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Int J Med Inform. 2012 Apr;81(4):244-56. doi: 10.1016/j.ijmedinf.2012.01.011. Epub 2012 Feb 22.

Implementation and expansion of an electronic medical record for HIV care and treatment in Haiti: an assessment of system use and the impact of large-scale disruptions.

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  • 1University of Washington, Seattle, WA, USA.

Abstract

PURPOSE:

System use is a key criterion of success in an electronic medical record (EMR) implementation, and there is little research on long-term use of systems following implementation. The aim of the paper was to describe the development, implementation and use of iSanté, Haiti's national HIV care and treatment EMR.

METHODS:

To build a picture of the history of iSanté, we interviewed 11 staff involved with the development and implementation of the EMR, and reviewed organization records. Data entry and report use were ascertained by querying the central patient database.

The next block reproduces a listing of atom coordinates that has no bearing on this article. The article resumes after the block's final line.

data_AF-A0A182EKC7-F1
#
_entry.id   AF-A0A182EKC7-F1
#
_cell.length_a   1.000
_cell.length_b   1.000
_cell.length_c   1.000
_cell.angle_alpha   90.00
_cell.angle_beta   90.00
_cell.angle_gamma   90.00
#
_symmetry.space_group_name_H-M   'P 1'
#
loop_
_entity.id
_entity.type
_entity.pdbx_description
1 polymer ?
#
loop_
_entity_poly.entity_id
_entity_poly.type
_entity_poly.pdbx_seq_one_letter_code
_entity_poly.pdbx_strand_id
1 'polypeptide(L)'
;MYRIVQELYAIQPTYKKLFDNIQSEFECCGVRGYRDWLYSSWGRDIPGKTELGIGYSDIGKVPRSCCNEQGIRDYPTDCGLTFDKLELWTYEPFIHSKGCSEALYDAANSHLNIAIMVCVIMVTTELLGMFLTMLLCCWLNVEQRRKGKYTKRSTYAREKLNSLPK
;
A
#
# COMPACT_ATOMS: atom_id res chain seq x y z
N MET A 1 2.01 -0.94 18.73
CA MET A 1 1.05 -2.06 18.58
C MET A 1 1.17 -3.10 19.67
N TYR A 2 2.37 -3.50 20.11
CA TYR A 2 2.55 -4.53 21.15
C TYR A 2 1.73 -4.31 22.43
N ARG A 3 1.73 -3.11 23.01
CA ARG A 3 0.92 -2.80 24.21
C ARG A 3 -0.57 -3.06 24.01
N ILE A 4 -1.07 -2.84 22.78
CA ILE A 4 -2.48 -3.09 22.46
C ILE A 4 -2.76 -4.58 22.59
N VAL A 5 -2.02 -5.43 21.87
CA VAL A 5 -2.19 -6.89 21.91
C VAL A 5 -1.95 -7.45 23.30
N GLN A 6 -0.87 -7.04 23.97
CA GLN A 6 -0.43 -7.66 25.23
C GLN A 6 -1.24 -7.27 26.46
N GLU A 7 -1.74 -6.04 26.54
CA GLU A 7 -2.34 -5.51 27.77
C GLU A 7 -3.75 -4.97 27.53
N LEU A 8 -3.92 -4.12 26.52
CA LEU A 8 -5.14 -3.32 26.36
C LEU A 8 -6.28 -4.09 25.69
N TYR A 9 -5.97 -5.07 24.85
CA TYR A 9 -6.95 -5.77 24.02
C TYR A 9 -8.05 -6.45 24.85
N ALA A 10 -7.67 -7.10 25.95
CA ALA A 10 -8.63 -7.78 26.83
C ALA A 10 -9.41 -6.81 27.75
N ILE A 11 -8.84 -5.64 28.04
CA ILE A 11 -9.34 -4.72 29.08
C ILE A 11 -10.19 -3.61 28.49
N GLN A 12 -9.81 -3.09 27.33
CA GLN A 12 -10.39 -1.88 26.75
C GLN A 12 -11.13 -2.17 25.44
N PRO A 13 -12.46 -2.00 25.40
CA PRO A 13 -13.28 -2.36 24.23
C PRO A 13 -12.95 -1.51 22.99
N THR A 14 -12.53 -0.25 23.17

RESULTS:

By the end of 2010 there were 67 sites with iSanté installed, and the scope of the system had been expanded to include primary care and obstetrics and gynecology. New functionality includes data forms specific to subpopulations, the ability to transfer patient records among clinics, and integration with an electronic laboratory system. We observed fluctuations in use over time, with substantial reductions in the number of active sites during times of large-scale disruptions in Haiti. A surge in report use following the January 2010 earthquake suggests that clinics found the EMR to be a valuable source of data during the recovery phase.

CONCLUSION:

There is real potential for EMRs in developing countries to improve clinical practice and make data available for efficient reporting, quality improvement and other population health uses. An approach of continuous system improvement, combined with regular assessments of use, is necessary for achieving an effective, national implementation of a standardized EMR. We have achieved successes in terms of rolling out new functionality and expanding to new sites, but more work remains to be done to improve perceptions of data quality and increase use of population data for accurate and timely reporting.

Copyright © 2012 Elsevier Ireland Ltd. All rights reserved.

PMID:
22361158
[PubMed - indexed for MEDLINE]
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